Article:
UPDATE: Oct. 2, 2020: Less than 24 hours after Goldman Sachs and JPMorgan Chase both said they were resuming job cuts — joining Citi and Wells Fargo in that stance — Bank of America CEO Brian Moynihan took time to reiterate that his bank will not.
"We've said no layoffs for this year and we'll stick by that," Moynihan told Bloomberg on Thursday. Moynihan was quick to initially make that vow in March, shortly after Morgan Stanley CEO James Gorman promised the same.
Moynihan said Bank of America is temporarily staffed "a little higher." The bank hired 2,000 workers at the start of the pandemic to fill in for employees who were at high risk for contracting the coronavirus, and shifted more than 3,000 employees to new roles in its consumer and small-business divisions.
"We'll keep letting attrition be our friend, as we say, and we'll keep working the headcount into what we need," Moynihan said.
Moynihan also took the opportunity to tout his bank's progress on diversity, saying the Charlotte, North Carolina-based lender has "dramatically" increased representation of female, Black and Hispanic employees in management positions in the last few years.
"We have more work to do in some areas," he said. "There's plenty of talent in the company, and plenty of talent outside, and we acquire it all the time."
The talent-level messaging may be a direct reference to comments that landed Wells Fargo CEO Charlie Scharf in hot water last week — namely, that "a very limited pool of Black talent" is hindering the bank as it aims to double Black presence in leadership roles by 2025. Scharf has apologized, but a number of financial institutions — such as Citi, Truist, Square and Ally followed the dust-up by detailing their own initiatives to fight racial inequality.
- Goldman Sachs is planning to cut 400 jobs — roughly 1% of its workforce, Bloomberg and CNN reported Wednesday. "At the outbreak of the pandemic, the firm announced that it would suspend any job reductions," said Pat Scanlan, a spokesman for the bank. "The firm has made a decision to move forward with a modest number of layoffs."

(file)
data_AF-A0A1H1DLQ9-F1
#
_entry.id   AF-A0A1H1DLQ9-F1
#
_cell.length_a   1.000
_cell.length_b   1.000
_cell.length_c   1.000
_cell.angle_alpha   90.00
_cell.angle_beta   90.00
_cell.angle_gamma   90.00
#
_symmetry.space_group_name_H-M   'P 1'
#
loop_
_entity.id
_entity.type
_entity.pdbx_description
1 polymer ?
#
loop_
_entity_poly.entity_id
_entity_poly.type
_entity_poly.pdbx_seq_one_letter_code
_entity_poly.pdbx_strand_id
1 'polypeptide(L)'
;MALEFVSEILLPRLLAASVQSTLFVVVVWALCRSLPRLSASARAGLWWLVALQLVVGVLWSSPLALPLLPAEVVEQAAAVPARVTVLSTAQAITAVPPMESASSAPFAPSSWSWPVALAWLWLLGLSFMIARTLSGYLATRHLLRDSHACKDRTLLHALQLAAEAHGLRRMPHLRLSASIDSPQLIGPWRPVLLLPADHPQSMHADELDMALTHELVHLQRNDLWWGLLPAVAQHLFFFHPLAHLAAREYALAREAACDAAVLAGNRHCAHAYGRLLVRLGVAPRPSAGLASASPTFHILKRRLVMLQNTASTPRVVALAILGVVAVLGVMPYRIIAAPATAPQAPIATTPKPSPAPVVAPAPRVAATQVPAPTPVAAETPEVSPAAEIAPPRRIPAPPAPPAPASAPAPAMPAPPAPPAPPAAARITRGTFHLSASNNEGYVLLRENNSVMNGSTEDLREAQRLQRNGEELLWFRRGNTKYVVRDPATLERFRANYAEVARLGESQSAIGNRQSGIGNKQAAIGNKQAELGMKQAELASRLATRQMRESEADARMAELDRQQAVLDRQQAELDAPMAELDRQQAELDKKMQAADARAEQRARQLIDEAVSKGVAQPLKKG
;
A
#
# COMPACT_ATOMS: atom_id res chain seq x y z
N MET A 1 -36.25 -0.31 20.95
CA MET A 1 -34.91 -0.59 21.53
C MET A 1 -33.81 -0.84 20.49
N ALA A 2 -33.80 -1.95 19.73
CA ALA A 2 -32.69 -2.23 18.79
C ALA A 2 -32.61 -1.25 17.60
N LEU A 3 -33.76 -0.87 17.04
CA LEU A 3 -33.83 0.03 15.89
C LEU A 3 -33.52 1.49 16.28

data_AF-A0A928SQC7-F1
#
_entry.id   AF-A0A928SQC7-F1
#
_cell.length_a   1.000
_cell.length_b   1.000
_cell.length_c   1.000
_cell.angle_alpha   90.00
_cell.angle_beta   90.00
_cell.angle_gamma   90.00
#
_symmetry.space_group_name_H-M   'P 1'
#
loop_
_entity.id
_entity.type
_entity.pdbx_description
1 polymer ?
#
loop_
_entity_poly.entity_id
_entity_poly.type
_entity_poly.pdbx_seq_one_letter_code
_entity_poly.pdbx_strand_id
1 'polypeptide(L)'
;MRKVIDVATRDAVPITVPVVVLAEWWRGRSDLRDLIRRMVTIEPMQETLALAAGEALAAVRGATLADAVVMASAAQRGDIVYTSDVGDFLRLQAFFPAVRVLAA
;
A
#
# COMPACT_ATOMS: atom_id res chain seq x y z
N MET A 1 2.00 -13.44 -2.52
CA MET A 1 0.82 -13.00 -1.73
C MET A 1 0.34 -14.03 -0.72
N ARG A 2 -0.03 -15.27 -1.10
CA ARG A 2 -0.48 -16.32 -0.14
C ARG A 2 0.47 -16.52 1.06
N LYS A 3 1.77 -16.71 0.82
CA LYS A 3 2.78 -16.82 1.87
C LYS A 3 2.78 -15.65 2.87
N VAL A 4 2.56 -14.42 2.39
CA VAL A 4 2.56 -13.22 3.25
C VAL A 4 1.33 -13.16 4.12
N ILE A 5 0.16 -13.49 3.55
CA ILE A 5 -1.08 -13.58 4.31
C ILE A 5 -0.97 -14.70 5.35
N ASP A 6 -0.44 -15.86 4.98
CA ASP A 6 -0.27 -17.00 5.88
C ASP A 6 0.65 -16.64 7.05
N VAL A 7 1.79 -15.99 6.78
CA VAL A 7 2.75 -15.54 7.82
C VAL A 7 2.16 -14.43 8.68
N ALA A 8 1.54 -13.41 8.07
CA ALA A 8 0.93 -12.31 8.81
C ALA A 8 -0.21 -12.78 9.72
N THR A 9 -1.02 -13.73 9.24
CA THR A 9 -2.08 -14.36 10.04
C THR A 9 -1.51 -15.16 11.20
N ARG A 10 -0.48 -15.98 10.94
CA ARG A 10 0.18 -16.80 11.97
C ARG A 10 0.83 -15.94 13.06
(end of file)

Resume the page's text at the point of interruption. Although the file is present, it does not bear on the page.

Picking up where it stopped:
JPMorgan Chase also began a round of hundreds of job cuts, including about 80 positions in consumer banking and dozens more in other units, Bloomberg reported Wednesday, citing anonymous sources.
- The banks join Wells Fargo and Citi in resuming job cuts that were largely put on hold in the industry amid the coronavirus pandemic.
Banks with long-running headcount reductions, such as HSBC, which is looking to cut 35,000 workers by 2022, and Deutsche Bank, which plans to shed just over half that number in the same time frame, resumed their layoff plans in May and June.
Right-sizing in the U.S. took a bit longer, with Wells Fargo resuming cuts in August — weeks after reports surfaced that the San Francisco-based lender would cut tens of thousands of jobs en route to CEO Charlie Scharf's goal of saving $10 billion in annual costs. Citi followed last month with a plan to cut less than 1% of its global workforce, an effort that should top out around 2,000 jobs.
Rumors that Goldman's toll would be heavier than usual surfaced in July, when the bank announced it was revamping its performance review system. At employees' annual December check-ins, 25% of staff will be deemed "exceeds expectations"; 65% will be given "fully meets expectations"; and 10% will receive "partially meets expectations," according to an internal memo seen by Reuters.
The bank typically cuts 5% of its staff yearly, often for missing performance targets. But it previously had not indicated what percentage of its workforce was assigned each grouping — triggering speculation that perhaps twice as many employees at the bank could face the ax.
Goldman's headcount was up 10% from a year ago, as of June 30, Reuters reported. In addition to streamlining operations, deeper job cuts could help the bank make room for more diverse staff — a goal it laid out in response to increased focus on racial representation and equality brought on in the wake of the May killing of George Floyd.
Many of the cuts in Goldman's current round are back-office roles that were reorganized in January, a source told Bloomberg. The bank reshuffled several leadership positions this week in connection with that reorganization.
The reductions at JPMorgan are part of a review of resources the firm conducts each year, a spokeswoman told Bloomberg. The bank was one of few that declined to comment or commit in March to a pandemic-influenced pause on job cuts.